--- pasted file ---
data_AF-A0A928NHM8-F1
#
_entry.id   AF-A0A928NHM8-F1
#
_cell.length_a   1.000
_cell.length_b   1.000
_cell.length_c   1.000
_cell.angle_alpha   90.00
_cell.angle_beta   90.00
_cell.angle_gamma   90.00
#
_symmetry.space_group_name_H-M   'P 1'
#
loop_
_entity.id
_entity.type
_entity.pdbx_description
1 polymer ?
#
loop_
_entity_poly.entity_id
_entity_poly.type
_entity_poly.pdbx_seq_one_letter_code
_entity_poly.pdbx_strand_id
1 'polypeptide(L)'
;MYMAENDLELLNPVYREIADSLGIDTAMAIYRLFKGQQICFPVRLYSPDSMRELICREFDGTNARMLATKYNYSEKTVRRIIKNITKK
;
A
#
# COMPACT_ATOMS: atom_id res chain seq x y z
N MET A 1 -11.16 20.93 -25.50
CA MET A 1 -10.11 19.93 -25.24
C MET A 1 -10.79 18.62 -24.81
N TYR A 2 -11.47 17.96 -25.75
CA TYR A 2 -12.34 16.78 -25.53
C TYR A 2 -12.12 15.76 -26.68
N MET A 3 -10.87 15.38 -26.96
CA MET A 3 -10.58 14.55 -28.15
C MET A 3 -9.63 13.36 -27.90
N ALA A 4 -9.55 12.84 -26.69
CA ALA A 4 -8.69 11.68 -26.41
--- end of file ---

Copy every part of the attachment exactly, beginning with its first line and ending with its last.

data_AF-A0A928NHM8-F1
#
_entry.id   AF-A0A928NHM8-F1
#
_cell.length_a   1.000
_cell.length_b   1.000
_cell.length_c   1.000
_cell.angle_alpha   90.00
_cell.angle_beta   90.00
_cell.angle_gamma   90.00
#
_symmetry.space_group_name_H-M   'P 1'
#
loop_
_entity.id
_entity.type
_entity.pdbx_description
1 polymer ?
#
loop_
_entity_poly.entity_id
_entity_poly.type
_entity_poly.pdbx_seq_one_letter_code
_entity_poly.pdbx_strand_id
1 'polypeptide(L)'
;MYMAENDLELLNPVYREIADSLGIDTAMAIYRLFKGQQICFPVRLYSPDSMRELICREFDGTNARMLATKYNYSEKTVRRIIKNITKK
;
A
#
# COMPACT_ATOMS: atom_id res chain seq x y z
N MET A 1 -11.16 20.93 -25.50
CA MET A 1 -10.11 19.93 -25.24
C MET A 1 -10.79 18.62 -24.81
N TYR A 2 -11.47 17.96 -25.75
CA TYR A 2 -12.34 16.78 -25.53
C TYR A 2 -12.12 15.76 -26.68
N MET A 3 -10.87 15.38 -26.96
CA MET A 3 -10.58 14.55 -28.15
C MET A 3 -9.63 13.36 -27.90
N ALA A 4 -9.55 12.84 -26.69
CA ALA A 4 -8.69 11.68 -26.41